Wake On LAN, also referred to as WOL, is a computer networking standard that allows devices to be awakened from their sleep mode within the local area network (LAN). Implementing Wake On LAN technology in your organization can save you a lot of time and money since it does not require IT admins to be physically present to run day-to-day tasks.
Throughout this page, we'll explore the following:
A LAN is a collection of connected devices in one physical location. There can be several LANs in an organization. Wake-On-LAN (WOL) is usually sent to a client computer connected to the same LAN in the form of magic packets. A magic packet is a standard wake up frame that targets a specific interconnection between a computer and a public or private network. An Ethernet frame is a unit of data that helps identify data packets in a network. These magic packets contain important information such as the target client's MAC address and network broadcast address. The client devices check if the magic packet and the network card's MAC address are valid, then proceed to run scheduled tasks assigned by IT admins.
Wake On LAN (WOL) is broadcast from a single server that has IP address management software to several target computers. It is usually sent over UDP ports 7 and 9. There are lot of security considerations while implementing Wake On LAN solution since it uses the concept of direct broadcast. To enable Wake-On-LAN (WOL) on your devices, you must meet the following requirements:
To enable Wake On LAN on your computer, it should be connected to an ATX-compatible power supply, which has an extra +3.3V voltage rail. A voltage rail gives a device the ability to switch between alternating current and direct current power.
To enable direct broadcast in routers, an access control list (ACL) has to be created and added to all the routers within the network. The ACL is a set of rules designed for monitoring the incoming and outgoing network traffic.
The network interface card must be Wake-on-LAN-enabled.
Traditional Wake On LAN tools and methods are outdated and unfeasible due to numerous disadvantages. Some of these disadvantages are:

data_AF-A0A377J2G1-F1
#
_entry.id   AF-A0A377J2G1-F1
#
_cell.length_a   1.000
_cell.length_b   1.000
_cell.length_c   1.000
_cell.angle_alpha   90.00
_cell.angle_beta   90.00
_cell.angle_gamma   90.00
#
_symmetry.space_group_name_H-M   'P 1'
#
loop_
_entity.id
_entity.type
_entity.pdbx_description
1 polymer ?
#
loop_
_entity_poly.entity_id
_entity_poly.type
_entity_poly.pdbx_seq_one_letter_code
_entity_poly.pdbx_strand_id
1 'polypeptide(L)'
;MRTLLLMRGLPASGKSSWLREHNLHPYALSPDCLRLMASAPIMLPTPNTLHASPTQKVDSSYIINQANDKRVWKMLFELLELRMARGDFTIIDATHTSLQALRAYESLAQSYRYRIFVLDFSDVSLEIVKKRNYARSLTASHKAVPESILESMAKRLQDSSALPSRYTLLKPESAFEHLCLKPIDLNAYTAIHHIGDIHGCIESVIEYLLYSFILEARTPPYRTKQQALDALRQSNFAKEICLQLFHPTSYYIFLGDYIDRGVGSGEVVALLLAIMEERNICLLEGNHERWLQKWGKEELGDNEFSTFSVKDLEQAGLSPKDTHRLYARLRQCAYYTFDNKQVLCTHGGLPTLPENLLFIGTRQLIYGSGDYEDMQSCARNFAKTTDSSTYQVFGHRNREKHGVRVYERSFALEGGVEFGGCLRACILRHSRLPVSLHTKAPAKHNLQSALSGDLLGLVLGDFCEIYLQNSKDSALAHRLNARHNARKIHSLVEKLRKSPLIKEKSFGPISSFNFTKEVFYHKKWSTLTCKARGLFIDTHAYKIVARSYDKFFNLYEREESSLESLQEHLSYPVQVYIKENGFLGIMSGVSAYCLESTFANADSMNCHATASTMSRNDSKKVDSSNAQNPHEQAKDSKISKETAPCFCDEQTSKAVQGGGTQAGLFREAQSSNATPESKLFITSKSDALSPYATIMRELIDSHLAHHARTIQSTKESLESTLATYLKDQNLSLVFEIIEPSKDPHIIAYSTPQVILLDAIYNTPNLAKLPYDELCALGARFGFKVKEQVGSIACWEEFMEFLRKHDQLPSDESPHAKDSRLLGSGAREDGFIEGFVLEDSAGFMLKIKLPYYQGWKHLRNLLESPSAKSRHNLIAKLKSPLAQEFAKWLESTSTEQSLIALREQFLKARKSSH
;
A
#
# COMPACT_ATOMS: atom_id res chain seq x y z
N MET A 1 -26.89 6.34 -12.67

There are two basic types of Wake-on-LAN based on their types of casting:
One of the major disadvantages of Wake-on-LAN is that it is broadcast and not routed. This can be overcome by using subnet-directed broadcasts. In a subnet-directed broadcast, the magic packets are sent to all the devices within the particular subnet. Our product OpUtils uses this type of casting, which is more effective and efficient than the other types of casting.
Wake-On-LAN (WOL) can also be done using unicast network packets. Unicast is the standard type of casting where the magic packets are sent from the server to the target computer directly. It is not widely used since there are a lot of limitations when it comes to unicast networking packets. For example, it needs to know the target computer's address and may fail if the local router's address resolution protocol cache has changed.
There are a few important steps to enabling Wake-on-LAN on your devices.
To check if you have the Wake On LAN software feature available on your Windows computer, click the Start button. Type "device manager" and open it up. In the Device Manager console, you will see all your drivers. Expand the Network adapter driver and right-click your network adapter. Click Properties and select the Advanced tab. Here, you should be able to find Wake on Magic Packet and Wake on Pattern Match. Enable them.